Israel is set to push forward a NIS 17 million ($4.4 million) plan to rehabilitate areas in the south of the country devastated by a massive oil spill earlier this month, considered the worst ecological disaster in the country’s history.
The plan would seek to reverse damage caused to the Arava desert and the Evrona Nature reserve, where some 5 millions of liters spilled from a damaged pipeline on December 4.
Deputy Environmental Protection Minister Ofir Akunis said Thursday that the plan will be presented to the cabinet for approval on Sunday.
He said the Eilat Ashkelon Pipeline Company (EAPC), which owns the damaged pipeline that caused the spill, will also be required to pay for the rehabilitation efforts, on top of the state’s contribution to clean up efforts.
According to the plan, advanced technology will be used to rehabilitate the polluted soil and treat the endangered wildlife impacted by the spill, including the construction of bridges for animals over the Route 90 highway. Environmental surveys will examine the ramifications of the spill on the Arava desert and Eilat Gulf.
The Environmental Protection Ministry will also purchase new equipment that will allow better initial response to emergencies.
The proposal also includes the establishment of a directorate that will monitor the progress of the rehabilitation efforts.
In addition, a specialized team will be established to investigate the environmental aspects of the EAPC’s land and sea activities, and will examine the possibility of opening the EAPC’s closed beach in Eilat for public use, which is said to contain rare sea life.
“This is an initial and immediate response to the harm caused to the entire public and to the fauna and flora in the Arava area. We will apply the Polluter Pays principle on the EAPC,” Akunis said in a statement.
The Polluter Pays act allows the incarceration of polluters for up to 3 years and the imposition of fines of up to NIS 2.4M.
Akunis did not make immediately clear exactly which measures will be taken against the EAPC.
The Israel Union for Environmental Defense, an environmental advocacy group, attacked Akunis’ proposal, claiming the government is yielding to the EAPC rather than holding them accountable.
“The plan is the result of the EAPC’s shadowy backstage handiwork, that succeeded in yielding the government to approve a reckless proposal in response to the largest ecological disaster Israel has ever faced,” Amit Bracha, the director of the organization, told Channel 2 News Thursday.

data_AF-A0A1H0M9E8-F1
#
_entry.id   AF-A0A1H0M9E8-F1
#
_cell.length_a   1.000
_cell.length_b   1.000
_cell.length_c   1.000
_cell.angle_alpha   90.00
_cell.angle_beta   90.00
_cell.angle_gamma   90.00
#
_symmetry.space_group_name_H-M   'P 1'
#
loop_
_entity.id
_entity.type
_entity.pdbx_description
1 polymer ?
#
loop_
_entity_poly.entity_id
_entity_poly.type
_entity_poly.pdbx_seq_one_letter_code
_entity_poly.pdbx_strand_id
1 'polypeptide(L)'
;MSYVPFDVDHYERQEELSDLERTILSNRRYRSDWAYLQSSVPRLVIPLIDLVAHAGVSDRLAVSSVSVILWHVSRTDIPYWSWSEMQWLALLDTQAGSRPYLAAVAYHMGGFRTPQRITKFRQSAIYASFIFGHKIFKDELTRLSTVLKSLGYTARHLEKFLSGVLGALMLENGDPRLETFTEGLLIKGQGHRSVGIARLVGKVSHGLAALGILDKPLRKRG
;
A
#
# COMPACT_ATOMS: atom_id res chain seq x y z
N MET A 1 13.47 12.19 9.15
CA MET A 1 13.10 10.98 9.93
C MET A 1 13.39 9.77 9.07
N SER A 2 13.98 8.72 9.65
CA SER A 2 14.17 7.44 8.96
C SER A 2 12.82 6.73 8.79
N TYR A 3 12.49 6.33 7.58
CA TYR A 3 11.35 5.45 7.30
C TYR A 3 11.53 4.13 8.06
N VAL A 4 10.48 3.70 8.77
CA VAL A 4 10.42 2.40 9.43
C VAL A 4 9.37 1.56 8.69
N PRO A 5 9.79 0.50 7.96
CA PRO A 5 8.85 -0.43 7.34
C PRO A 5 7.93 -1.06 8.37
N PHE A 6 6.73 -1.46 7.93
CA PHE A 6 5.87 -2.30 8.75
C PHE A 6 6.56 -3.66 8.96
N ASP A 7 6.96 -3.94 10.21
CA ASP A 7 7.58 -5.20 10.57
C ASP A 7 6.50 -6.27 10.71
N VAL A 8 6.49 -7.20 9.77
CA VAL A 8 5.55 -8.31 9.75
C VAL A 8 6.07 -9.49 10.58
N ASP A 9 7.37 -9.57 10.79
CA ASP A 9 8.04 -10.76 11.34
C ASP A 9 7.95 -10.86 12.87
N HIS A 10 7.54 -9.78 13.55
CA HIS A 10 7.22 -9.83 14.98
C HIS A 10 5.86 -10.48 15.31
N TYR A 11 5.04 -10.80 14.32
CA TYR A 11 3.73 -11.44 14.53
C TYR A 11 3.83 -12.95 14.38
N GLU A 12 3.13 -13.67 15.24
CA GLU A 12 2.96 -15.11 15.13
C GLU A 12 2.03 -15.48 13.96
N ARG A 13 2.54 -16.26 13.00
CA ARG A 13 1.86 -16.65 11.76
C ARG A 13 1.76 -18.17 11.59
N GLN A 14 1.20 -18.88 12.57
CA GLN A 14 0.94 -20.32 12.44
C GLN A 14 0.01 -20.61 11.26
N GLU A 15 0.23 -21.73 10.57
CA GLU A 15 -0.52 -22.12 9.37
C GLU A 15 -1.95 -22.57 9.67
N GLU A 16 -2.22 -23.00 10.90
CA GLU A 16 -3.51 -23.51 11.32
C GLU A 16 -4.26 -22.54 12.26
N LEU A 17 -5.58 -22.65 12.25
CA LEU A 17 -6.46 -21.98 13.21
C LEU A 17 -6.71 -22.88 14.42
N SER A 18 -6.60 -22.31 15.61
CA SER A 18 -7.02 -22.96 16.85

“Rather than demand the EAPC pay for the rehabilitation of the area, the money will come out of the public’s pocket,” Bracha said, adding that the lack of punitive measures will lead to a “similar or even more severe disaster.”
The EAPC said that the Trans-Israel pipeline was damaged during maintenance, sending millions of liters of oil gushing into the southern desert and severely damaging a nature reserve and other areas.
An EAPC spokesperson said the line, which facilitates the transport of crude oil between Europe and Asia, burst due to “a technical error.”
Data sent by the EAPC to the Environmental Protection Ministry shortly after the spill showed that some five million liters of crude oil burst from the pipe last week.
Over 80 people were treated for medical problems on both sides of the Israel-Jordan border following the spill, as crude oil flooded the Route 90 highway leading into Eilat. The vast majority of those initially affected were in Jordan.
The Eilat Ashkelon Pipeline Company was established in 1968 as a joint Israeli-Iranian venture to carry Asian oil from Eilat to Europe via a network of pipelines that reach from Eilat to Ashkelon and up the length of Israel to Haifa.
According to the EAPC website, the company operates 750 kilometers of pipelines in Israel.
As relations between Israel and Iran deteriorated the latter partner dropped out of arrangement and the company is now managed only by Israel.
According to Hebrew daily Yedioth Ahronoth, the oil company’s pipelines have suffered a series of contaminating leaks over the past eight years.
In 2007 some 40 tons of oil leaked from a pipe near Tirat Carmel in the north of the country. In 2011 a tractor working on an EAPC project hit one of the company’s pipelines releasing 1.5 million of liters of jet fuel into the Nahal Zin river in the south of the country. Weeks later, another company tractor hit the same pipe barely half a kilometer away causing yet another leak.
In 2012 seepage from an EAPC pipe near the Givati Junction near Ashkelon required the removal of some 2,000 tons of contaminated soil.
Other incidents included a burst pipe near Poleg in 2008, and oil leaks into the sea in 1998,1999, and 2002 that eventually saw the company fined NIS 100,000.
Eight months ago there was another leak at a facility in Eilat.
Yedioth Ahronoth reported that so far no individuals have ever been brought to trial over the leaks.
Stuart Winer and Adiv Sterman contributed to this report.